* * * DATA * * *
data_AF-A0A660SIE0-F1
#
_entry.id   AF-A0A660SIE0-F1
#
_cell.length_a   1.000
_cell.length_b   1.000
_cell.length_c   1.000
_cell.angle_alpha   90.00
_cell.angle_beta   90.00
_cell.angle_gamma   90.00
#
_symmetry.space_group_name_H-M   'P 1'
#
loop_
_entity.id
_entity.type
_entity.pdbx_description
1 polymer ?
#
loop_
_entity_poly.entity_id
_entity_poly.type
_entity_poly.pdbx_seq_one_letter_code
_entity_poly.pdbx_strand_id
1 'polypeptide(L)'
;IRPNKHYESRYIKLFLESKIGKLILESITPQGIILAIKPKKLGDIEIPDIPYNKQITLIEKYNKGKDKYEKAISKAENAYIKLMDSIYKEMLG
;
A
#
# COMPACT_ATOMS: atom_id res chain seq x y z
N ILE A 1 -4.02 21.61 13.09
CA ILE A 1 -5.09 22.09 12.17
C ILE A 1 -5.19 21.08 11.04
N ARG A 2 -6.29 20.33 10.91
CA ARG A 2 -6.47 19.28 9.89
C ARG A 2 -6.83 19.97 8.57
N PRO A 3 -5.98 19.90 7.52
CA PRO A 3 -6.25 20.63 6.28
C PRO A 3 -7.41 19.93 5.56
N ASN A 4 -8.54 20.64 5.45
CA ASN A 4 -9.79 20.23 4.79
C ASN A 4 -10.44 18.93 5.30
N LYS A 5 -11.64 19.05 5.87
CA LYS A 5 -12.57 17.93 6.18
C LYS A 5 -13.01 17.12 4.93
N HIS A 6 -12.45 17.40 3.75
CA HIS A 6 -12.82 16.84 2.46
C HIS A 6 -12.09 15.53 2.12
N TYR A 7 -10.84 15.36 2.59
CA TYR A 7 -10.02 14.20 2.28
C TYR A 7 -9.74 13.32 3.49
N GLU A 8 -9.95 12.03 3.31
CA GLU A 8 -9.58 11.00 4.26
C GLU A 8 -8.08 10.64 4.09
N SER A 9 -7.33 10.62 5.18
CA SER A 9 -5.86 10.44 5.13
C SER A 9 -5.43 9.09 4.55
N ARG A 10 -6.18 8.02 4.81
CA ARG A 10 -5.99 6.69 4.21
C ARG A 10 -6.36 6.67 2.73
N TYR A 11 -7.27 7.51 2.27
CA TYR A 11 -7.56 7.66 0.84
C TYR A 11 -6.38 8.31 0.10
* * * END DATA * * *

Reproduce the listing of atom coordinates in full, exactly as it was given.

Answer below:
data_AF-A0A660SIE0-F1
#
_entry.id   AF-A0A660SIE0-F1
#
_cell.length_a   1.000
_cell.length_b   1.000
_cell.length_c   1.000
_cell.angle_alpha   90.00
_cell.angle_beta   90.00
_cell.angle_gamma   90.00
#
_symmetry.space_group_name_H-M   'P 1'
#
loop_
_entity.id
_entity.type
_entity.pdbx_description
1 polymer ?
#
loop_
_entity_poly.entity_id
_entity_poly.type
_entity_poly.pdbx_seq_one_letter_code
_entity_poly.pdbx_strand_id
1 'polypeptide(L)'
;IRPNKHYESRYIKLFLESKIGKLILESITPQGIILAIKPKKLGDIEIPDIPYNKQITLIEKYNKGKDKYEKAISKAENAYIKLMDSIYKEMLG
;
A
#
# COMPACT_ATOMS: atom_id res chain seq x y z
N ILE A 1 -4.02 21.61 13.09
CA ILE A 1 -5.09 22.09 12.17
C ILE A 1 -5.19 21.08 11.04
N ARG A 2 -6.29 20.33 10.91
CA ARG A 2 -6.47 19.28 9.89
C ARG A 2 -6.83 19.97 8.57
N PRO A 3 -5.98 19.90 7.52
CA PRO A 3 -6.25 20.63 6.28
C PRO A 3 -7.41 19.93 5.56
N ASN A 4 -8.54 20.64 5.45
CA ASN A 4 -9.79 20.23 4.79
C ASN A 4 -10.44 18.93 5.30
N LYS A 5 -11.64 19.05 5.87
CA LYS A 5 -12.57 17.93 6.18
C LYS A 5 -13.01 17.12 4.93
N HIS A 6 -12.45 17.40 3.75
CA HIS A 6 -12.82 16.84 2.46
C HIS A 6 -12.09 15.53 2.12
N TYR A 7 -10.84 15.36 2.59
CA TYR A 7 -10.02 14.20 2.28
C TYR A 7 -9.74 13.32 3.49
N GLU A 8 -9.95 12.03 3.31
CA GLU A 8 -9.58 11.00 4.26
C GLU A 8 -8.08 10.64 4.09
N SER A 9 -7.33 10.62 5.18
CA SER A 9 -5.86 10.44 5.13
C SER A 9 -5.43 9.09 4.55
N ARG A 10 -6.18 8.02 4.81
CA ARG A 10 -5.99 6.69 4.21
C ARG A 10 -6.36 6.67 2.73
N TYR A 11 -7.27 7.51 2.27
CA TYR A 11 -7.56 7.66 0.84
C TYR A 11 -6.38 8.31 0.10